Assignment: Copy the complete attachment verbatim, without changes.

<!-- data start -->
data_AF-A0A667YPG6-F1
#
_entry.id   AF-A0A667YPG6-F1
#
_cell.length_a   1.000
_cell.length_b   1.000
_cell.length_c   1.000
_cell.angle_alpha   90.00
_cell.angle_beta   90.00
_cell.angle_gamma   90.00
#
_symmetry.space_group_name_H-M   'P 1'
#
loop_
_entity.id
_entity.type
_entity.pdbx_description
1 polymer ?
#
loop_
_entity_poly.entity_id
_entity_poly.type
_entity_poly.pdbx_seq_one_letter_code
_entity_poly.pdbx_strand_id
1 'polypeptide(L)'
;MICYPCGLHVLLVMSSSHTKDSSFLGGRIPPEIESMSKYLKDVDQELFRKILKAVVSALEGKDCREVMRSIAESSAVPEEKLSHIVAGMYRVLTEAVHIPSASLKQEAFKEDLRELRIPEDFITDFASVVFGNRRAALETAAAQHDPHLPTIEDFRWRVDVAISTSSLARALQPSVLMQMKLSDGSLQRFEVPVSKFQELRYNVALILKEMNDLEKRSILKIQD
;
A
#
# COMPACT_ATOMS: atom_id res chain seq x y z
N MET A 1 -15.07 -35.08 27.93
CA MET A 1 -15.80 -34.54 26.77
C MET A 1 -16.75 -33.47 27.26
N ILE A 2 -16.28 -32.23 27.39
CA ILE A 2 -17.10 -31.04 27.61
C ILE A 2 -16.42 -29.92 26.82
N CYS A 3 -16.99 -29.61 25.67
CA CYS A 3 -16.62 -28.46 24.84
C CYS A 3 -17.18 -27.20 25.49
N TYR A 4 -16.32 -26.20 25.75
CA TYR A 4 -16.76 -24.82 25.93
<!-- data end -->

data_AF-A0A667YPG6-F1
#
_entry.id   AF-A0A667YPG6-F1
#
_cell.length_a   1.000
_cell.length_b   1.000
_cell.length_c   1.000
_cell.angle_alpha   90.00
_cell.angle_beta   90.00
_cell.angle_gamma   90.00
#
_symmetry.space_group_name_H-M   'P 1'
#
loop_
_entity.id
_entity.type
_entity.pdbx_description
1 polymer ?
#
loop_
_entity_poly.entity_id
_entity_poly.type
_entity_poly.pdbx_seq_one_letter_code
_entity_poly.pdbx_strand_id
1 'polypeptide(L)'
;MICYPCGLHVLLVMSSSHTKDSSFLGGRIPPEIESMSKYLKDVDQELFRKILKAVVSALEGKDCREVMRSIAESSAVPEEKLSHIVAGMYRVLTEAVHIPSASLKQEAFKEDLRELRIPEDFITDFASVVFGNRRAALETAAAQHDPHLPTIEDFRWRVDVAISTSSLARALQPSVLMQMKLSDGSLQRFEVPVSKFQELRYNVALILKEMNDLEKRSILKIQD
;
A
#
# COMPACT_ATOMS: atom_id res chain seq x y z
N MET A 1 -15.07 -35.08 27.93
CA MET A 1 -15.80 -34.54 26.77
C MET A 1 -16.75 -33.47 27.26
N ILE A 2 -16.28 -32.23 27.39
CA ILE A 2 -17.10 -31.04 27.61
C ILE A 2 -16.42 -29.92 26.82
N CYS A 3 -16.99 -29.61 25.67
CA CYS A 3 -16.62 -28.46 24.84
C CYS A 3 -17.18 -27.20 25.49
N TYR A 4 -16.32 -26.20 25.75
CA TYR A 4 -16.76 -24.82 25.93